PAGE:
LONDON (AFP).- British children's writer Michael Bond, the creator of the much-loved character Paddington Bear, has died at the age of 91, his publisher HarperCollins said on Wednesday.
Bond's famous series about a friendly teddy bear from "deepest, darkest Peru" sold more than 35 million copies worldwide and was turned into a blockbuster film in 2014.
"He was a true gentleman, a bon viveur, the most entertaining company and the most enchanting of writers," Ann-Janine Murtagh, executive publisher at HarperCollins Children's Books, said in a statement.
"He will be forever remembered for his creation of the iconic Paddington, with his duffle coat and Wellington boots, which touched my own heart as a child and will live on in the hearts of future generations," she said.
The inspiration for the character came on Christmas Eve 1956 when Bond, a writer and BBC cameraman, saw a lonely-looking teddy bear in a shop near his home close to Paddington railway station in London, and bought it for his wife.
'Please look after this bear'
Bond published his first book, "A Bear Called Paddington", in 1958, and more than 35 million books chronicling the bear's adventures have since been sold worldwide.
In the books, the impeccably polite stowaway turns up at Paddington station with a battered suitcase containing a nearly-finished jar of marmalade, and a label on his blue duffle coat reading: "Please look after this bear. Thank you."
The movie "Paddington" sparked a resurgence of interest, with exhibitions, statues and the publication of a new book of the bear's adventures.
The author brought out a new story, "Love from Paddington", on December 23, 2014.
The book is in the form of letters written to Paddington's aunt Lucy, back in Peru, telling her about his new life in London.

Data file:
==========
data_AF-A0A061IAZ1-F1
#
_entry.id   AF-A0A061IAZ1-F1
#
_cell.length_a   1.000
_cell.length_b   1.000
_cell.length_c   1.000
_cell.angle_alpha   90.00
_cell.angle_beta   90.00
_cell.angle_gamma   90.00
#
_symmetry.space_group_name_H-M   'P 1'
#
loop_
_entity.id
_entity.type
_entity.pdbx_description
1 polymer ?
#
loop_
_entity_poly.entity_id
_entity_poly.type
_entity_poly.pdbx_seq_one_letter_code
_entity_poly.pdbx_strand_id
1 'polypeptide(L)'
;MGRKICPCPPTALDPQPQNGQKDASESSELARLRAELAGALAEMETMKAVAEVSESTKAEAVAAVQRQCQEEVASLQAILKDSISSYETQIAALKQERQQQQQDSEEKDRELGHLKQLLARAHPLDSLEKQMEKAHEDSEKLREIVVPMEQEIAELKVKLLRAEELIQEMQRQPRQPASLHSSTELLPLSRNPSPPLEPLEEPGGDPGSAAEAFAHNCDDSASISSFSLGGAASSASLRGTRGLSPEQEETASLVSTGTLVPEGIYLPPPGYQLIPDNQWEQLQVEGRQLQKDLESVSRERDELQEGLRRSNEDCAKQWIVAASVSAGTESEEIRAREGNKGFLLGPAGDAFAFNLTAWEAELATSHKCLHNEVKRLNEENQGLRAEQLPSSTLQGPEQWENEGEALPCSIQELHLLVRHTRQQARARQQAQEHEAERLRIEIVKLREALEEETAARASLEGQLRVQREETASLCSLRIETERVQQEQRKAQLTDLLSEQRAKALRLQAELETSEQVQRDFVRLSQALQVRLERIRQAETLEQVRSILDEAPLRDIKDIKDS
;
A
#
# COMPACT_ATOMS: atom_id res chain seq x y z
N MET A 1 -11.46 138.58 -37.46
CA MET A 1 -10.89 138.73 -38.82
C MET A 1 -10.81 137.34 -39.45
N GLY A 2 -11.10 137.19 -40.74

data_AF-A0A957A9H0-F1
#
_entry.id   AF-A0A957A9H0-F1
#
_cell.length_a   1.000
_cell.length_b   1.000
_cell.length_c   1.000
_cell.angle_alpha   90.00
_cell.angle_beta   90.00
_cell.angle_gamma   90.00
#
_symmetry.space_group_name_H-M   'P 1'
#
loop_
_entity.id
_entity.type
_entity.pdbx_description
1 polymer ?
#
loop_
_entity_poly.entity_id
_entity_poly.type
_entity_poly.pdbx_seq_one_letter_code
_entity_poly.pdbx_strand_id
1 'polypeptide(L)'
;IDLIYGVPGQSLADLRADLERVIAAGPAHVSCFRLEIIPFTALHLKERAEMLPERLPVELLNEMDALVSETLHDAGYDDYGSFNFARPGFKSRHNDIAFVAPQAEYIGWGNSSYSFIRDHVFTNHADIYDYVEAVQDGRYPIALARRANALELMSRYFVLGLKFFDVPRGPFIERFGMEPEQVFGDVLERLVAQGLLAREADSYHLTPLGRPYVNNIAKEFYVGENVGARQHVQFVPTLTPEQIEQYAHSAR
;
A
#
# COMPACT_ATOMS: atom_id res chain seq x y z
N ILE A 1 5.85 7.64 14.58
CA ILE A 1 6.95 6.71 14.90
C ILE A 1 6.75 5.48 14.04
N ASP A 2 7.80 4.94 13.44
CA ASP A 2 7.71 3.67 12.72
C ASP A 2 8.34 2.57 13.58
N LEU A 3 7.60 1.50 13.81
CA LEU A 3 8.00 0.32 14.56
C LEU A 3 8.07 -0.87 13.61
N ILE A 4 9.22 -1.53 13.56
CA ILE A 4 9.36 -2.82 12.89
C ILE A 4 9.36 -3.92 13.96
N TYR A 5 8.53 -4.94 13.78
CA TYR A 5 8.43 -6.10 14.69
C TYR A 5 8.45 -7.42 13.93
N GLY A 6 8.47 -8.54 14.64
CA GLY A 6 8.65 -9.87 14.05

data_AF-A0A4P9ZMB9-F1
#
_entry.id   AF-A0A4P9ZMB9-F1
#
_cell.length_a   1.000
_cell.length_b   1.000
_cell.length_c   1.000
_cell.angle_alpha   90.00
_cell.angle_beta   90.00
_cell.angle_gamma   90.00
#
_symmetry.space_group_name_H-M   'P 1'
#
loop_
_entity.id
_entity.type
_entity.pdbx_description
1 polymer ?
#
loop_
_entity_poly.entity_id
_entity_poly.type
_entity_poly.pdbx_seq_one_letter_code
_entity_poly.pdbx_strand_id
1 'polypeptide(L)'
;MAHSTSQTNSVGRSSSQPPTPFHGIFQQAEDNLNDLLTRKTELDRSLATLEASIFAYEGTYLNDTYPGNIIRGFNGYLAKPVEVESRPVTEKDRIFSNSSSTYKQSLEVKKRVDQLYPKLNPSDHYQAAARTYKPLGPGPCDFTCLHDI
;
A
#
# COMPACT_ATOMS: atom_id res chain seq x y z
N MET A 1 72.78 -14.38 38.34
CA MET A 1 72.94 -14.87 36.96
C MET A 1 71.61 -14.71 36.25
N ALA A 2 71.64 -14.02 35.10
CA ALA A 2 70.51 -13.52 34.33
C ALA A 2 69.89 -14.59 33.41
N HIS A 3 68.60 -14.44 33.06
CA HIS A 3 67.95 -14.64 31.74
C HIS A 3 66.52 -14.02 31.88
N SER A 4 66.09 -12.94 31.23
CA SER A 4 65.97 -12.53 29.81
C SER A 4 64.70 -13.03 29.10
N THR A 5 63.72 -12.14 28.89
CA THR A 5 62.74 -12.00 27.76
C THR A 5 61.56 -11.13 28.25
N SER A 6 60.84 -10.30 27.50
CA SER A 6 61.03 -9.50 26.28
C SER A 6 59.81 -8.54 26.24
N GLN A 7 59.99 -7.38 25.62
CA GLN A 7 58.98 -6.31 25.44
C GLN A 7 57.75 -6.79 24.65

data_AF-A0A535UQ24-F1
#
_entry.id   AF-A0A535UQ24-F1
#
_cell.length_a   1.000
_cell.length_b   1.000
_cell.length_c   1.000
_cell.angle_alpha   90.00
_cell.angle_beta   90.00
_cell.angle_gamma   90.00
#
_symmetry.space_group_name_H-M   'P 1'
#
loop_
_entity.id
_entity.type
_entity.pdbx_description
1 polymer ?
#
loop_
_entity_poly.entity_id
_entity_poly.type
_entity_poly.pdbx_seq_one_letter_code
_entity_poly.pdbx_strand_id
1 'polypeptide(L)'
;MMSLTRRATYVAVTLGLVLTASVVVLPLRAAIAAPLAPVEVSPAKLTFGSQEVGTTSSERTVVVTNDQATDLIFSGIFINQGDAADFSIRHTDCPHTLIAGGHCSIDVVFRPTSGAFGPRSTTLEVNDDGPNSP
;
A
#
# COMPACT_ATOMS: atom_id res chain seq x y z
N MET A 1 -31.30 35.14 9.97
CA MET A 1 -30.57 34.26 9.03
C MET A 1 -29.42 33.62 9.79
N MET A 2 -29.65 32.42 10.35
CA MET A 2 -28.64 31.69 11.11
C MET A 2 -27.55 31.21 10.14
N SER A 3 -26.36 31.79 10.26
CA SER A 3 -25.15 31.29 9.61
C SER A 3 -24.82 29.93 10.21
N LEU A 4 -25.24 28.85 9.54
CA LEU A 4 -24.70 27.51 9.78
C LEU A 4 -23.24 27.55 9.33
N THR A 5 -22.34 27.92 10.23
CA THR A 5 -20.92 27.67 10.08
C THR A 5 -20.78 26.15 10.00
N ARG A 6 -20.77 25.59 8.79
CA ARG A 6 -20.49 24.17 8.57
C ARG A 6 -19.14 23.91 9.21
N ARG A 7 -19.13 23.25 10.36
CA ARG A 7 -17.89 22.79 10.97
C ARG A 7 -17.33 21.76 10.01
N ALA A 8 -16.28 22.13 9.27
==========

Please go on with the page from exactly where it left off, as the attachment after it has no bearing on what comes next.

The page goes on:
Actor Hugh Bonneville, who in the film plays Mr. Brown -- the hapless but friendly father who adopts Paddington -- said the movie contained very simple themes.
"Apart from being 86 minutes of good fun, I suppose if there are some delicate emotional themes underneath, it's about an evacuee, a refugee coming to a foreign country and having been told certain things about that culture to expect," the actor told AFP at the film's launch.
"Of course, the reality is very different."
'Dignified, charming and lovable'
Paddington finds a home, but has a "spectacularly sticky journey to get there," Bonneville added, involving a car chase through London, and a taxidermist on his tail played by Nicole Kidman.
"It's a glorious journey to go on for a small bear from Peru," or at least for a computer-generated version of him standing three feet, six inches (1.07 metres) tall.
Actor Stephen Fry wrote that he was "so sorry to hear that Michael Bond has departed.
"He was as kindly, dignified, charming and lovable as the immortal Paddington Bear he gave us," he tweeted.
Motoring presenter Jeremy Clarkson added that he had known him for 45 years "and rarely met anyone kinder or more gentle."
Bond had said he wanted the trail to end when he passed away, telling The Times newspaper in 2014 that he was taking legal action to prevent sequels after his death.
He said he would "hate" further works, adding: "I have just made a will and gone to a lawyer in the City who specialises in that very thing of stopping people doing it."
He said the practice was "wrong", adding that characters like Paddington Bear were "sacred".
In addition to Paddington Bear series, Bond also wrote a children's TV series called "The Herbs" and a series of novels for adults about a French detective called Monsieur Pamplemousse.
© Agence France-Presse